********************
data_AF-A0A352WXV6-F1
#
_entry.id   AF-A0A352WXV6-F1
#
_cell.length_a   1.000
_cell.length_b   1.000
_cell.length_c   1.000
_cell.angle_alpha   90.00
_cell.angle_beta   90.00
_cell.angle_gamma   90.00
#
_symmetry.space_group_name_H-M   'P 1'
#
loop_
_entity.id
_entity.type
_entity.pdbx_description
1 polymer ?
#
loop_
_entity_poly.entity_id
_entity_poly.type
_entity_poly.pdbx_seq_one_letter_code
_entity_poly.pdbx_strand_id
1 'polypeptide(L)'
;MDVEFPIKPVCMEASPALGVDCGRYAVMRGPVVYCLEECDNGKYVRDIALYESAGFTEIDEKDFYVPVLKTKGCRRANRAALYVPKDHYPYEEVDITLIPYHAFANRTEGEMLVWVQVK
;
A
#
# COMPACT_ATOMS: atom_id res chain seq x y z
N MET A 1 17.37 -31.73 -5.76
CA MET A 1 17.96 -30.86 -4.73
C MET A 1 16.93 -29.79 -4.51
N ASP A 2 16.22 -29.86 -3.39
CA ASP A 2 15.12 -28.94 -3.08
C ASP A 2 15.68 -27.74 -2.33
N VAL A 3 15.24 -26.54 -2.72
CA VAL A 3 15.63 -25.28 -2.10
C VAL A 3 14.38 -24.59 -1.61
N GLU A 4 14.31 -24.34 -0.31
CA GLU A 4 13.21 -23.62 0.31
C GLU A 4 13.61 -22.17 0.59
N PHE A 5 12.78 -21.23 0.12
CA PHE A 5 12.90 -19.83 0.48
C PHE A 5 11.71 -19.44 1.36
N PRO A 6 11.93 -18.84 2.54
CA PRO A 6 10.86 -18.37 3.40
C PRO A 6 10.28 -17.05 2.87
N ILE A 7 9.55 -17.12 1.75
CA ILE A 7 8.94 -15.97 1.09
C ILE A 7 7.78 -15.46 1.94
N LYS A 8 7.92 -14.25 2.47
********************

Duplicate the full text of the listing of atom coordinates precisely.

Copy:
data_AF-A0A352WXV6-F1
#
_entry.id   AF-A0A352WXV6-F1
#
_cell.length_a   1.000
_cell.length_b   1.000
_cell.length_c   1.000
_cell.angle_alpha   90.00
_cell.angle_beta   90.00
_cell.angle_gamma   90.00
#
_symmetry.space_group_name_H-M   'P 1'
#
loop_
_entity.id
_entity.type
_entity.pdbx_description
1 polymer ?
#
loop_
_entity_poly.entity_id
_entity_poly.type
_entity_poly.pdbx_seq_one_letter_code
_entity_poly.pdbx_strand_id
1 'polypeptide(L)'
;MDVEFPIKPVCMEASPALGVDCGRYAVMRGPVVYCLEECDNGKYVRDIALYESAGFTEIDEKDFYVPVLKTKGCRRANRAALYVPKDHYPYEEVDITLIPYHAFANRTEGEMLVWVQVK
;
A
#
# COMPACT_ATOMS: atom_id res chain seq x y z
N MET A 1 17.37 -31.73 -5.76
CA MET A 1 17.96 -30.86 -4.73
C MET A 1 16.93 -29.79 -4.51
N ASP A 2 16.22 -29.86 -3.39
CA ASP A 2 15.12 -28.94 -3.08
C ASP A 2 15.68 -27.74 -2.33
N VAL A 3 15.24 -26.54 -2.72
CA VAL A 3 15.63 -25.28 -2.10
C VAL A 3 14.38 -24.59 -1.61
N GLU A 4 14.31 -24.34 -0.31
CA GLU A 4 13.21 -23.62 0.31
C GLU A 4 13.61 -22.17 0.59
N PHE A 5 12.78 -21.23 0.12
CA PHE A 5 12.90 -19.83 0.48
C PHE A 5 11.71 -19.44 1.36
N PRO A 6 11.93 -18.84 2.54
CA PRO A 6 10.86 -18.37 3.40
C PRO A 6 10.28 -17.05 2.87
N ILE A 7 9.55 -17.12 1.75
CA ILE A 7 8.94 -15.97 1.09
C ILE A 7 7.78 -15.46 1.94
N LYS A 8 7.92 -14.25 2.47